The book is rated 4.21/5 at goodreads.com, from 6320 ratings. See 1213 reader reviews at: http://bit.ly/1TJiFcL.
Buy it or see reader reviews on amazon.com at: http://amzn.to/2tzettr.

A science book recommendation: I Contain Multitudes: The Microbes Within Us and a Grander View of Life by Ed Yong

A critic review (source NY Times) can be read at: http://nyti.ms/2d3mDhR.
Even the book’s endnotes are rich with interesting asides, swarming with interesting sidelights, a teeming microbial world. This is the world you live in. This is the skin you live in. Make yourself at home.
Book description from Google Books:
New York Times BestsellerNew York Times Notable Book of 2016NPR Great Read of 2016Economist Best Books of 2016Brain Pickings Best Science Books of 2016Smithsonian Best Books about Science of 2016Science Friday Best Science Book of 2016A Mother Jones Notable Read of 2016A Bill Gates “Gates Notes” PickMPR Best Books of 2016Chicago Public Library Best of the Best Books of 2016 Minnesota Star-Tribune Best of the YearA Kirkus Best Book of the YearA PW Best Book of the Year Guardian Best of the YearTimes (London) Best of the YearJoining the ranks of popular science classics like The Botany of Desire and The Selfish Gene, a groundbreaking, wondrously informative, and vastly entertaining examination of the most significant revolution in biology since Darwin—a “microbe’s-eye view” of the world that reveals a marvelous, radically reconceived picture of life on earth.Every animal, whether human, squid, or wasp, is home to millions of bacteria and other microbes. Ed Yong, whose humor is as evident as his erudition, prompts us to look at ourselves and our animal companions in a new light—less as individuals and more as the interconnected, interdependent multitudes we assuredly are.The microbes in our bodies are part of our immune systems and protect us from disease. In the deep oceans, mysterious creatures without mouths or guts depend on microbes for all their energy. Bacteria provide squid with invisibility cloaks, help beetles to bring down forests, and allow worms to cause diseases that afflict millions of people.Many people think of microbes as germs to be eradicated, but those that live with us—the microbiome—build our bodies, protect our health, shape our identities, and grant us incredible abilities. In this astonishing book, Ed Yong takes us on a grand tour through our microbial partners, and introduces us to the scientists on the front lines of discovery. It will change both our view of nature and our sense of where we belong in it.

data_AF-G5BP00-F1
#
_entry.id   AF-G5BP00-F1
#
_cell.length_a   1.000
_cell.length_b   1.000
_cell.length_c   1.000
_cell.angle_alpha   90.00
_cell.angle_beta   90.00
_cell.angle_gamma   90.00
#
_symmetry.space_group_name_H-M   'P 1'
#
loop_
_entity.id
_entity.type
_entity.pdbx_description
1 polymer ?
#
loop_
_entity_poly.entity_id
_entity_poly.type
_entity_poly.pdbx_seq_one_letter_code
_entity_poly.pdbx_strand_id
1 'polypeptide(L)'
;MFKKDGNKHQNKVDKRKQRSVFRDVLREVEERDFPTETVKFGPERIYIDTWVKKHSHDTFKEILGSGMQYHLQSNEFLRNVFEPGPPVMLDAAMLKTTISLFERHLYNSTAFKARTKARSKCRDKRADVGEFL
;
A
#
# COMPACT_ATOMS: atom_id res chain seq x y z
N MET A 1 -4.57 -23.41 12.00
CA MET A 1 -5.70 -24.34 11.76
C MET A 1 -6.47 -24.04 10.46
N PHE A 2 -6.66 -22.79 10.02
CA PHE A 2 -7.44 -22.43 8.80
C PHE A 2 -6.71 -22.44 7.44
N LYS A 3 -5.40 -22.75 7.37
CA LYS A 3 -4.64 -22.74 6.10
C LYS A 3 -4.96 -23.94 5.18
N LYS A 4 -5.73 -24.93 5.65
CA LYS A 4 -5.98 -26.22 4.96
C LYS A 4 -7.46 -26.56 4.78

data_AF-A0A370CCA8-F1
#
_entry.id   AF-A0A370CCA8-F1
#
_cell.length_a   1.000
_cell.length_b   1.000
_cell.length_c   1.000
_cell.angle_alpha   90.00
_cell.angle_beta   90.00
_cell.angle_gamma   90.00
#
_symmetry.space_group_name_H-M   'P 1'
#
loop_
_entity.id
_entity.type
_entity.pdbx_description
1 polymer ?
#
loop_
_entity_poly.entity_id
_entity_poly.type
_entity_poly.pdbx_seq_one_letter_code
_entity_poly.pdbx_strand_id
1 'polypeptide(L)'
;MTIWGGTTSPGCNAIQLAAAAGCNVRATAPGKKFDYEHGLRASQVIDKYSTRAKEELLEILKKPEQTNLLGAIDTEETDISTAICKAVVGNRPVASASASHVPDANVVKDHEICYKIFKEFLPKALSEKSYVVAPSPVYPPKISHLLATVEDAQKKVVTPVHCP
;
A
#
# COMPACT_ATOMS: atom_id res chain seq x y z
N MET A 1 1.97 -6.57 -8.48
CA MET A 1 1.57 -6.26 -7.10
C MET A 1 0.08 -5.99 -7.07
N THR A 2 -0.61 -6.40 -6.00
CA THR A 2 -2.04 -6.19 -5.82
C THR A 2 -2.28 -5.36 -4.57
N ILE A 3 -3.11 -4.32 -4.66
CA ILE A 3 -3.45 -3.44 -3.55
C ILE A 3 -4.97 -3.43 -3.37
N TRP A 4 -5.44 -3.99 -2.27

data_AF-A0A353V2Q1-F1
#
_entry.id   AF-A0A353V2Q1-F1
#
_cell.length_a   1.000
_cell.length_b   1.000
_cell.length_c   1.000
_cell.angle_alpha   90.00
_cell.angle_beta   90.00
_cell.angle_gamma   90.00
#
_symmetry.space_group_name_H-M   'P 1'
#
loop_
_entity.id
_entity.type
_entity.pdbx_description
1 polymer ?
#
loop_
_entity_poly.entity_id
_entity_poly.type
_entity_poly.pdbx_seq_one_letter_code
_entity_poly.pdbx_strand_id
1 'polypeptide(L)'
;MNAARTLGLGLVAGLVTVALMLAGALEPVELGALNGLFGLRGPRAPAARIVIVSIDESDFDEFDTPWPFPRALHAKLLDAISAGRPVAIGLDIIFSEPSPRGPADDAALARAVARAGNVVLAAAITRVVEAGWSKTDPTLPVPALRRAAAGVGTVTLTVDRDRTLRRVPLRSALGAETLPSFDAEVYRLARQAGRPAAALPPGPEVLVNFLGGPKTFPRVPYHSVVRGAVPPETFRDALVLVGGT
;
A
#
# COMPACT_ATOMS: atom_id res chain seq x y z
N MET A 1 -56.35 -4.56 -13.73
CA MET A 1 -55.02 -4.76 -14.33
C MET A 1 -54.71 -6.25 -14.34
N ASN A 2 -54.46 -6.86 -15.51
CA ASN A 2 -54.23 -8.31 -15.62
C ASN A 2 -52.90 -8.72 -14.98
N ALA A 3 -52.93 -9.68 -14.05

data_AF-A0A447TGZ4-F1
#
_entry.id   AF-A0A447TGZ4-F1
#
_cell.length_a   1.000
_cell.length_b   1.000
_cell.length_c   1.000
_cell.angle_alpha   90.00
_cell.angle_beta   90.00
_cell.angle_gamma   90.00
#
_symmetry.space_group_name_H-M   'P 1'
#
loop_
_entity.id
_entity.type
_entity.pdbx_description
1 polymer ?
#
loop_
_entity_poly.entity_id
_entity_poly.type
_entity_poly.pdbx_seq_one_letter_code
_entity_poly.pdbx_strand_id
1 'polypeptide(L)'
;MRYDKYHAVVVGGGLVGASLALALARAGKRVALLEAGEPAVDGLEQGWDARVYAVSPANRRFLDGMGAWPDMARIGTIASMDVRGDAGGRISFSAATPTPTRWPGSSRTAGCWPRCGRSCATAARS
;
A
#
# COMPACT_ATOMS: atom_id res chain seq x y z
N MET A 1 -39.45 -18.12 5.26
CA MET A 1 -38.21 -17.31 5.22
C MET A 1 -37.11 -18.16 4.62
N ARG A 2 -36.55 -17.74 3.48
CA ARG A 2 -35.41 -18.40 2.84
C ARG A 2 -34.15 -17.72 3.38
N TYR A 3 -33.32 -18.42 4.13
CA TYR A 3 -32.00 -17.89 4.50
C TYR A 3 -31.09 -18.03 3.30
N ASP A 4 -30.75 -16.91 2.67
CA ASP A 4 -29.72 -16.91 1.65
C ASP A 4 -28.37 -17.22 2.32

The book is rated 4.21/5 at goodreads.com, from 3256 ratings. See 524 reader reviews at: http://bit.ly/2cumCWV.
Buy it or see reader reviews on amazon.com at: http://amzn.to/2uAoszc.

A health book recommendation: Out of the Wreck I Rise: A Literary Companion to Recovery by Neil Steinberg

A critic review (source Toronto Star) can be read at: http://bit.ly/2fiw6Hn.
Out of the Wreck I Rise: A Literary Companion to Recovery, published in early September by University of Chicago Press, is like a pub crawl around the globe and across the ages, in company with an artistic who’s who of brilliant if besotted company.
Book description from Google Books:
“There’s still time to change things.”—Siri Hustvedt, The Blazing World Addiction is easy to fall into and hard to escape. It destroys the lives of individuals, and has a devastating cost to society. The National Institute of Health estimates seventeen million adults in the United States are alcoholics or have a serious problem with alcohol. This scourge affects not only those who drink or use drugs but also their families and friends, who witness the horror of addiction. Both the afflicted and those who love them are often baffled by what is happening, never mind what to do about it. With Out of the Wreck I Rise, Neil Steinberg and Sara Bader have created a resource like no other—one that harnesses the power of literature, poetry, and creativity to illuminate what alcoholism and addiction are all about, while forging change, deepening understanding, and even saving lives. Structured to follow the arduous steps to sobriety, the book marshals the wisdom of centuries and explores essential topics, including the importance of time, navigating family and friends, Alcoholics Anonymous, relapse, and what Raymond Carver calls “gravy,” the reward that is recovery. Each chapter begins with advice and commentary followed by a wealth of quotes to inspire and heal. The result is a mosaic of observations and encouragement that draws on writers and artists spanning thousands of years—from Seneca to David Foster Wallace, William Shakespeare to Patti Smith. The ruminations of notorious drinkers like John Cheever, Charles Bukowski, and Ernest Hemingway shed light on the difficult process of becoming sober and remind the reader that while the literary alcoholic is often romanticized, recovery is the true path of the hero. Along with traditional routes to recovery—Alcoholics Anonymous, out-patient therapy, and intensive rehabilitation programs—this literary companion offers valuable support and inspiration to anyone seeking to fight their addiction or to a struggling loved one.
The book is rated 4.24/5 at goodreads.com, from 42 ratings. See 7 reader reviews at: http://bit.ly/2dOideF.
Buy it or see reader reviews on amazon.com at: http://amzn.to/2tLOmQZ.
Google Books preview available in full post.